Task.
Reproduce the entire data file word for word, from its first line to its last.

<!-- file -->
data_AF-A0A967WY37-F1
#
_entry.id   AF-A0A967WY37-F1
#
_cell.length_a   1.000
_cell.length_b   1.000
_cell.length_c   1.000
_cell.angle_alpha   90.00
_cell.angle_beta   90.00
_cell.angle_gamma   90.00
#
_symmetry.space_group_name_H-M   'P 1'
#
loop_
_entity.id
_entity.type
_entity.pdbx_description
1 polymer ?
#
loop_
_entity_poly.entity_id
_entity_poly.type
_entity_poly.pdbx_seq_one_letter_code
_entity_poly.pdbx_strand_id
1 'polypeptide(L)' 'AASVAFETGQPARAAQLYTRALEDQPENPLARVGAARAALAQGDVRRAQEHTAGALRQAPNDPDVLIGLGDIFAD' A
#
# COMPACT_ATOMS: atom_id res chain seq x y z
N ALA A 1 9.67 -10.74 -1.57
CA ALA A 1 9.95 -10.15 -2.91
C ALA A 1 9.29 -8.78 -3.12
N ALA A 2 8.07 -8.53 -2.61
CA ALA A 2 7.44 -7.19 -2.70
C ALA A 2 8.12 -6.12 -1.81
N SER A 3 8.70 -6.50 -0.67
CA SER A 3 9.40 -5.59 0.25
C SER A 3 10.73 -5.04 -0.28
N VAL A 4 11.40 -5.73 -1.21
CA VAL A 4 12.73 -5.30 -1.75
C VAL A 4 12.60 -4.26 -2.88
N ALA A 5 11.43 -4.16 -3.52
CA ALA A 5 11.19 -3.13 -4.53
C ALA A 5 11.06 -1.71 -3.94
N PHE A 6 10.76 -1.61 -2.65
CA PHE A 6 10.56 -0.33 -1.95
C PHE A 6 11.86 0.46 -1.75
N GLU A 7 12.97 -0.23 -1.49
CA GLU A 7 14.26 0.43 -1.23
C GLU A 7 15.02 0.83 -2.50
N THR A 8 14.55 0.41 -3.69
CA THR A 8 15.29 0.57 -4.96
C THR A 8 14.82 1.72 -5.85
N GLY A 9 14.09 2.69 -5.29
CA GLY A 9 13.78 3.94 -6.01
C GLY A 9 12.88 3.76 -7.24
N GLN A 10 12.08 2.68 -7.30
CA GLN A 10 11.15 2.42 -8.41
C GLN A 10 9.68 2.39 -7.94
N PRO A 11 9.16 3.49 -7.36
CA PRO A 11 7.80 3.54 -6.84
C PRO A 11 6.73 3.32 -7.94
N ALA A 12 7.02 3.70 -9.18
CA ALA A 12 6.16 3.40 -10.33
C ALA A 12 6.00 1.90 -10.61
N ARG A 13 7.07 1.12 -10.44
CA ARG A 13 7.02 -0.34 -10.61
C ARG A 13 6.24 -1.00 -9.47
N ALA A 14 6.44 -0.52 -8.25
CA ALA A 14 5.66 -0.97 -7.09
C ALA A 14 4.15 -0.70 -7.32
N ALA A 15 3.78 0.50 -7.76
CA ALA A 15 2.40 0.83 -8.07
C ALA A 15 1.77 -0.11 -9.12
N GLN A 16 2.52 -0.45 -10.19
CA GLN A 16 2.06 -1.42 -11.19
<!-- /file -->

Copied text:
data_AF-A0A967WY37-F1
#
_entry.id   AF-A0A967WY37-F1
#
_cell.length_a   1.000
_cell.length_b   1.000
_cell.length_c   1.000
_cell.angle_alpha   90.00
_cell.angle_beta   90.00
_cell.angle_gamma   90.00
#
_symmetry.space_group_name_H-M   'P 1'
#
loop_
_entity.id
_entity.type
_entity.pdbx_description
1 polymer ?
#
loop_
_entity_poly.entity_id
_entity_poly.type
_entity_poly.pdbx_seq_one_letter_code
_entity_poly.pdbx_strand_id
1 'polypeptide(L)' 'AASVAFETGQPARAAQLYTRALEDQPENPLARVGAARAALAQGDVRRAQEHTAGALRQAPNDPDVLIGLGDIFAD' A
#
# COMPACT_ATOMS: atom_id res chain seq x y z
N ALA A 1 9.67 -10.74 -1.57
CA ALA A 1 9.95 -10.15 -2.91
C ALA A 1 9.29 -8.78 -3.12
N ALA A 2 8.07 -8.53 -2.61
CA ALA A 2 7.44 -7.19 -2.70
C ALA A 2 8.12 -6.12 -1.81
N SER A 3 8.70 -6.50 -0.67
CA SER A 3 9.40 -5.59 0.25
C SER A 3 10.73 -5.04 -0.28
N VAL A 4 11.40 -5.73 -1.21
CA VAL A 4 12.73 -5.30 -1.75
C VAL A 4 12.60 -4.26 -2.88
N ALA A 5 11.43 -4.16 -3.52
CA ALA A 5 11.19 -3.13 -4.53
C ALA A 5 11.06 -1.71 -3.94
N PHE A 6 10.76 -1.61 -2.65
CA PHE A 6 10.56 -0.33 -1.95
C PHE A 6 11.86 0.46 -1.75
N GLU A 7 12.97 -0.23 -1.49
CA GLU A 7 14.26 0.43 -1.23
C GLU A 7 15.02 0.83 -2.50
N THR A 8 14.55 0.41 -3.69
CA THR A 8 15.29 0.57 -4.96
C THR A 8 14.82 1.72 -5.85
N GLY A 9 14.09 2.69 -5.29
CA GLY A 9 13.78 3.94 -6.01
C GLY A 9 12.88 3.76 -7.24
N GLN A 10 12.08 2.68 -7.30
CA GLN A 10 11.15 2.42 -8.41
C GLN A 10 9.68 2.39 -7.94
N PRO A 11 9.16 3.49 -7.36
CA PRO A 11 7.80 3.54 -6.84
C PRO A 11 6.73 3.32 -7.94
N ALA A 12 7.02 3.70 -9.18
CA ALA A 12 6.16 3.40 -10.33
C ALA A 12 6.00 1.90 -10.61
N ARG A 13 7.07 1.12 -10.44
CA ARG A 13 7.02 -0.34 -10.61
C ARG A 13 6.24 -1.00 -9.47
N ALA A 14 6.44 -0.52 -8.25
CA ALA A 14 5.66 -0.97 -7.09
C ALA A 14 4.15 -0.70 -7.32
N ALA A 15 3.78 0.50 -7.76
CA ALA A 15 2.40 0.83 -8.07
C ALA A 15 1.77 -0.11 -9.12
N GLN A 16 2.52 -0.45 -10.19
CA GLN A 16 2.06 -1.42 -11.19